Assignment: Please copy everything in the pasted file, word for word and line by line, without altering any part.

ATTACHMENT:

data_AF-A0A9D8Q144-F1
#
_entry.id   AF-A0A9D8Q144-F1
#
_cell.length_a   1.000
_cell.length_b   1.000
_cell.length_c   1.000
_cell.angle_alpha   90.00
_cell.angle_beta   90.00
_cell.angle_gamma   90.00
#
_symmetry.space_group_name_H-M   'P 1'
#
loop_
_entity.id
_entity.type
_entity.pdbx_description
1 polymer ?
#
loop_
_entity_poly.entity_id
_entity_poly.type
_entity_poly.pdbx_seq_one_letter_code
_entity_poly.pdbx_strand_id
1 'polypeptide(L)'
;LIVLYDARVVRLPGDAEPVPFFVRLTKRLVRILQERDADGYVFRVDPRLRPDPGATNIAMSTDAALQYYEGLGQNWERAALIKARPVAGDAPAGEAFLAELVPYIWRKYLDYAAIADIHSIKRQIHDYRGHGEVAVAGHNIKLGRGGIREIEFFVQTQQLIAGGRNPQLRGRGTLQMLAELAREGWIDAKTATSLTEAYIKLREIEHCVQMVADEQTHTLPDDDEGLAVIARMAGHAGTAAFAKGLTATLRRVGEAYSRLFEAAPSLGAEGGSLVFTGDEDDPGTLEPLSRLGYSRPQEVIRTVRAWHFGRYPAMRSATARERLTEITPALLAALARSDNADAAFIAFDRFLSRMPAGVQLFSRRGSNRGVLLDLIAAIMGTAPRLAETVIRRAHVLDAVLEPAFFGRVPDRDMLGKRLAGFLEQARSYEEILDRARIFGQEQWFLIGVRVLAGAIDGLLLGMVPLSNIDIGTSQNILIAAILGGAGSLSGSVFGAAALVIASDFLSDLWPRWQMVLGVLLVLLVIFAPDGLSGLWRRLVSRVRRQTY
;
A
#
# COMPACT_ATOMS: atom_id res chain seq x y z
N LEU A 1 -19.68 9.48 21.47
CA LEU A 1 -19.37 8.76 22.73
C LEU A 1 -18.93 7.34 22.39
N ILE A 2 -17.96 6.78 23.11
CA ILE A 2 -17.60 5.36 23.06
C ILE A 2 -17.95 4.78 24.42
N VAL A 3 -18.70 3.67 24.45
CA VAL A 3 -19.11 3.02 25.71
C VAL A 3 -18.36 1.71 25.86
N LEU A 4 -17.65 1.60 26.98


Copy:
data_AF-A0A9D8Q144-F1
#
_entry.id   AF-A0A9D8Q144-F1
#
_cell.length_a   1.000
_cell.length_b   1.000
_cell.length_c   1.000
_cell.angle_alpha   90.00
_cell.angle_beta   90.00
_cell.angle_gamma   90.00
#
_symmetry.space_group_name_H-M   'P 1'
#
loop_
_entity.id
_entity.type
_entity.pdbx_description
1 polymer ?
#
loop_
_entity_poly.entity_id
_entity_poly.type
_entity_poly.pdbx_seq_one_letter_code
_entity_poly.pdbx_strand_id
1 'polypeptide(L)'
;LIVLYDARVVRLPGDAEPVPFFVRLTKRLVRILQERDADGYVFRVDPRLRPDPGATNIAMSTDAALQYYEGLGQNWERAALIKARPVAGDAPAGEAFLAELVPYIWRKYLDYAAIADIHSIKRQIHDYRGHGEVAVAGHNIKLGRGGIREIEFFVQTQQLIAGGRNPQLRGRGTLQMLAELAREGWIDAKTATSLTEAYIKLREIEHCVQMVADEQTHTLPDDDEGLAVIARMAGHAGTAAFAKGLTATLRRVGEAYSRLFEAAPSLGAEGGSLVFTGDEDDPGTLEPLSRLGYSRPQEVIRTVRAWHFGRYPAMRSATARERLTEITPALLAALARSDNADAAFIAFDRFLSRMPAGVQLFSRRGSNRGVLLDLIAAIMGTAPRLAETVIRRAHVLDAVLEPAFFGRVPDRDMLGKRLAGFLEQARSYEEILDRARIFGQEQWFLIGVRVLAGAIDGLLLGMVPLSNIDIGTSQNILIAAILGGAGSLSGSVFGAAALVIASDFLSDLWPRWQMVLGVLLVLLVIFAPDGLSGLWRRLVSRVRRQTY
;
A
#
# COMPACT_ATOMS: atom_id res chain seq x y z
N LEU A 1 -19.68 9.48 21.47
CA LEU A 1 -19.37 8.76 22.73
C LEU A 1 -18.93 7.34 22.39
N ILE A 2 -17.96 6.78 23.11
CA ILE A 2 -17.60 5.36 23.06
C ILE A 2 -17.95 4.78 24.42
N VAL A 3 -18.70 3.67 24.45
CA VAL A 3 -19.11 3.02 25.71
C VAL A 3 -18.36 1.71 25.86
N LEU A 4 -17.65 1.60 26.98